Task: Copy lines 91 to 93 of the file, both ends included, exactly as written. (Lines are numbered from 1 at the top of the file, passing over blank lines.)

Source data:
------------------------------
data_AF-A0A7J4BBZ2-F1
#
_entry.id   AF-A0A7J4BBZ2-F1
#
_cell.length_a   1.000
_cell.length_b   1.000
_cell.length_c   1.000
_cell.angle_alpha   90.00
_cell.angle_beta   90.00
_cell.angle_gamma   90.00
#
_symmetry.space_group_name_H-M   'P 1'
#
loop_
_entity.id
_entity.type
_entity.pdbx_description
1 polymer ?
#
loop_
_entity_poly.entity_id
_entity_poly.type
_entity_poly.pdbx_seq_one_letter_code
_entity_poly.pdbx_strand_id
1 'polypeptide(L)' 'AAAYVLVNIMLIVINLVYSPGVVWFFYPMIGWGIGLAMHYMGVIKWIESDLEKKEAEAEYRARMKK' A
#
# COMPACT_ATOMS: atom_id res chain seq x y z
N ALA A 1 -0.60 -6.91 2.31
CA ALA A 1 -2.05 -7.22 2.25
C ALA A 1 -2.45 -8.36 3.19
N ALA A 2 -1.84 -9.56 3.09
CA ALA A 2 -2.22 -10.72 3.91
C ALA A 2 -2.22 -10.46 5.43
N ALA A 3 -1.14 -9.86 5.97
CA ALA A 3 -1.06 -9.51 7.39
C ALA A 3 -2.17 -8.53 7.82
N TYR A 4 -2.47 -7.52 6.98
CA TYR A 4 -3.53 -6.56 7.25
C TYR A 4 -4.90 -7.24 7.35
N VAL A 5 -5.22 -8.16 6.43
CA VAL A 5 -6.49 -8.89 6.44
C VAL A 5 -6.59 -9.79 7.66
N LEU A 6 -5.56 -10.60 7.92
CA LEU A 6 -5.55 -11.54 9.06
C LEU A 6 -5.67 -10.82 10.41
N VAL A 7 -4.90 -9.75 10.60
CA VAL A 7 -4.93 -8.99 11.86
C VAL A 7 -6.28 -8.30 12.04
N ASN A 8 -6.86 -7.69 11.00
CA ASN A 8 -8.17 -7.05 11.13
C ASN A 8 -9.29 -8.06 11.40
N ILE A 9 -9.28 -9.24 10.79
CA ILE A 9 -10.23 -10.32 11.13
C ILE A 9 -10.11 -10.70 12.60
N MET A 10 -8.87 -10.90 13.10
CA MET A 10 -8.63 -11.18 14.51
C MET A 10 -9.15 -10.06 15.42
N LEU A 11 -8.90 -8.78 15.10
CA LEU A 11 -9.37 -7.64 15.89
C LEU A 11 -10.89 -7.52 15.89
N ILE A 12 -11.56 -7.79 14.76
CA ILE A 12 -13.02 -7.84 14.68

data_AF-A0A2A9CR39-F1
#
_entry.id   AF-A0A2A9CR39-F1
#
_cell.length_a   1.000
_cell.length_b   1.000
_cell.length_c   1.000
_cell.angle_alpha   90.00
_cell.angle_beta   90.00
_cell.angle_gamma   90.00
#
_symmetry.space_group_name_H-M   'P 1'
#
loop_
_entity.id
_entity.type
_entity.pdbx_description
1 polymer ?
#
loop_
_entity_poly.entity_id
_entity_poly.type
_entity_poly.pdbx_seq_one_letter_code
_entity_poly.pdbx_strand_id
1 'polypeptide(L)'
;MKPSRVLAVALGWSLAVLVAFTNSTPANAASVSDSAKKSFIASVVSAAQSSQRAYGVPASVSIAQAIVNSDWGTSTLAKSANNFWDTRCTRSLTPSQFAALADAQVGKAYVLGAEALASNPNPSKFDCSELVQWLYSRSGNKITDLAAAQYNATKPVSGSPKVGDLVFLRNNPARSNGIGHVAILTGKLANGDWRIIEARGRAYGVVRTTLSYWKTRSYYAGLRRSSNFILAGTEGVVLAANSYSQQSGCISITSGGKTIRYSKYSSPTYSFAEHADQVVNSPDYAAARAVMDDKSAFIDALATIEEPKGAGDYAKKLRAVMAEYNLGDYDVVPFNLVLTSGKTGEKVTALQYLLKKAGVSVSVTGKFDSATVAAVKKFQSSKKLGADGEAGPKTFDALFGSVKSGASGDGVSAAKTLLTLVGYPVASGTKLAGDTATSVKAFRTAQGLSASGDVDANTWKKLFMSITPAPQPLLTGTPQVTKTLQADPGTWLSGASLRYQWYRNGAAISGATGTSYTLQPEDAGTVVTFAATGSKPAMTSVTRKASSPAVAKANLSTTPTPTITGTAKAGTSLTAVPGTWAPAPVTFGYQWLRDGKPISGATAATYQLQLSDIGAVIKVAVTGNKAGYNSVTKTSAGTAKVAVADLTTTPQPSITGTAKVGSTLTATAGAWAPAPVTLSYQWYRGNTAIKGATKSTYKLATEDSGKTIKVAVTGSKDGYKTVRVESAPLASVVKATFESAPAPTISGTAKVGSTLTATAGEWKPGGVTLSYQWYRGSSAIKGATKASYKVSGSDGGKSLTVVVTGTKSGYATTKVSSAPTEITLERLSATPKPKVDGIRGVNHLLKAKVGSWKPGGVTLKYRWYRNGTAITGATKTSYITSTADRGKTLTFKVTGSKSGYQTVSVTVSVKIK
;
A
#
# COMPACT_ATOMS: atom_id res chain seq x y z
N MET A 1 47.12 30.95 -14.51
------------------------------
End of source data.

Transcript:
#
# COMPACT_ATOMS: atom_id res chain seq x y z
N MET A 1 47.12 30.95 -14.51